The big challenge is improving how buildings perform post occupancy, and that’s where FM teams can take the lead
With 2016 fast approaching, the need to address the government requirements for BIM level 2, PAS1192-2 and Government Soft Landings (GSL) has never been greater. While significant progress has been made in many areas, there has been little focus on what is perhaps one of the most critical pieces in the jigsaw, GSL. This is despite the fact that to successfully achieve Soft Landings, I believe we will need to rethink our traditional approach to project delivery.
From the start, the focus of Soft Landings is on the end user and their environment, with key elements such as sustainability, a three year post occupancy evaluation (POE) and a need to achieve substantial operational savings. With this emphasis on the operations phase, we need to question if designers and contractors are the right people to lead this process and whether instead it should be led by FM teams - teams who have an in-depth knowledge of how buildings operate over the long term and understand the type of data needed and approach required during the design and construction phases, to ensure that the client brief can be met once an asset is operation.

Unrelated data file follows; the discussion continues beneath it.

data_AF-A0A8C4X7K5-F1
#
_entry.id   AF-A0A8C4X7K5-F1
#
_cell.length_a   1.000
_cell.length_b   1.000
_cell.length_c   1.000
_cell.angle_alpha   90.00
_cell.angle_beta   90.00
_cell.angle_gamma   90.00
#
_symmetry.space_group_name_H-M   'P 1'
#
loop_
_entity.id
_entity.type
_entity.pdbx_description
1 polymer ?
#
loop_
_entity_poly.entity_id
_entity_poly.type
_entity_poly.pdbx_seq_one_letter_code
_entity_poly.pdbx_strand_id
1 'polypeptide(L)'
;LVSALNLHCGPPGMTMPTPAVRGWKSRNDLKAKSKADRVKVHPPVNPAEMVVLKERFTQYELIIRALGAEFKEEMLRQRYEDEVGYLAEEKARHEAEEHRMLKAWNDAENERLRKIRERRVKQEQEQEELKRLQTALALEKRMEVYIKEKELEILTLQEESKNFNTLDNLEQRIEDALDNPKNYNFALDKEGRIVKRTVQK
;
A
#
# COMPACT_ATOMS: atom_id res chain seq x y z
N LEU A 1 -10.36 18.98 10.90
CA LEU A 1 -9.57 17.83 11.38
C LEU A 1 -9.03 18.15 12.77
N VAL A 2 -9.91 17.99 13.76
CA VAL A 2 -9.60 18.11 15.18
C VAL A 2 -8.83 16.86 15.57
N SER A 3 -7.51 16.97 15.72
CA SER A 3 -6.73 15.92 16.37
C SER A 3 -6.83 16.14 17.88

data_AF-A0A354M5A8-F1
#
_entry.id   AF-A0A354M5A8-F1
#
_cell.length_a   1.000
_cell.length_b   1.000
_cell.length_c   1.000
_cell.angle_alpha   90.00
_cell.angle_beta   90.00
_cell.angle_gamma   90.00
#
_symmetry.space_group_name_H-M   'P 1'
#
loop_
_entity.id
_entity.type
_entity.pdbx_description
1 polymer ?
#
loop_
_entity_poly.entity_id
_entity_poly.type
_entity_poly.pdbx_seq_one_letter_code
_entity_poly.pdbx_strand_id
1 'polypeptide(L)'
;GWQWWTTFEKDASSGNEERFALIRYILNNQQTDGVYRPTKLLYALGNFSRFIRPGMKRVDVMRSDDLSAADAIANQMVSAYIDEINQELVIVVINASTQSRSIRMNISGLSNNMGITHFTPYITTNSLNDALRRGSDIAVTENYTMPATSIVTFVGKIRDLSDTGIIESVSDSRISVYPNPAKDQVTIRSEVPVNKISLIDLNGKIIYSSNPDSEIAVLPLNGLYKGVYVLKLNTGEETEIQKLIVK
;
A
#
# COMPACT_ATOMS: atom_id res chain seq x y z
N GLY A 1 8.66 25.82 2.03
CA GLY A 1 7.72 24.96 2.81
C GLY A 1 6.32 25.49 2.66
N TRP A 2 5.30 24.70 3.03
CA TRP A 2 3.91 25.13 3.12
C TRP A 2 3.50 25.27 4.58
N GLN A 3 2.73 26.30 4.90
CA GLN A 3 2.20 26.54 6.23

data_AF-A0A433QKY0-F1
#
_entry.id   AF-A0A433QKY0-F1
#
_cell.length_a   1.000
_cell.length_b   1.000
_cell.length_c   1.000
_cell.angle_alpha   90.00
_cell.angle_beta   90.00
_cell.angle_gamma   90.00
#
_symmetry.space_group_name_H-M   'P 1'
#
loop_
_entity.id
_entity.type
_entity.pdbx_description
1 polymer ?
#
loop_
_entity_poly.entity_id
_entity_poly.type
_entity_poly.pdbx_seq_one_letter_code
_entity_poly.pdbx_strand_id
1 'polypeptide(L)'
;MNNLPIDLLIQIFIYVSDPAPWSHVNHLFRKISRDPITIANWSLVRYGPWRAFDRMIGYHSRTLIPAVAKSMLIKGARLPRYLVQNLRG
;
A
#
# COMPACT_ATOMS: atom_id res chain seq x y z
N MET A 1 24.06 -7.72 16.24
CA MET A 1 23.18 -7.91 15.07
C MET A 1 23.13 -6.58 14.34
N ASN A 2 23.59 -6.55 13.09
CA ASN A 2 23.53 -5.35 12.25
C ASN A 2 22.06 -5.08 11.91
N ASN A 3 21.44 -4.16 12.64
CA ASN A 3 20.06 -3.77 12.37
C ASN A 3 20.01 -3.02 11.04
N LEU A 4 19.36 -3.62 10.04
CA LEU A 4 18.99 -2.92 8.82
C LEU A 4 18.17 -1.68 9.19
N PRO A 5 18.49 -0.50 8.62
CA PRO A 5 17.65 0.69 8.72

We need to question if designers and contractors are the right people to lead this process and whether instead it should be led by FM teams
The government needs to achieve a further 20% savings during 2014/15, a large proportion of which will come from reducing operational costs. However, recent central government figures found a 300% difference between predicted and actual energy and operational costs in the Priority Schools Building Programme, and the Francis Reports findings in the health sector showed a direct correlation between a building’s operational performance and patient wellbeing and staff morale and retention. Both of these examples highlight how we are failing to really get to grips with performance during a building’s operational phase and that something has to change substantially if we are to succeed in this area.
However, while designers and contractors have an understanding of how to achieve operational performance, they lack the information and perspective from the coal face that is really needed to understand what works best in terms of operation and maintenance, cost reduction and capturing feedback. This leads me back to the FM teams, who I believe provide the answer to the challenges we face. They have this invaluable day to day knowledge and experience but are often not brought on board with a project until after the operations design and construction decisions have been made. This needs to change and I think that we should be engaging them in projects from the outset to lead, create, monitor and deliver Soft Landings for the whole project team. Only then will we start to achieve the optimum levels of operational performance in our buildings.
Andrew Pryke is managing director for Bam Design and BIM director for Bam Construct UK’s property development, design, construction and FM services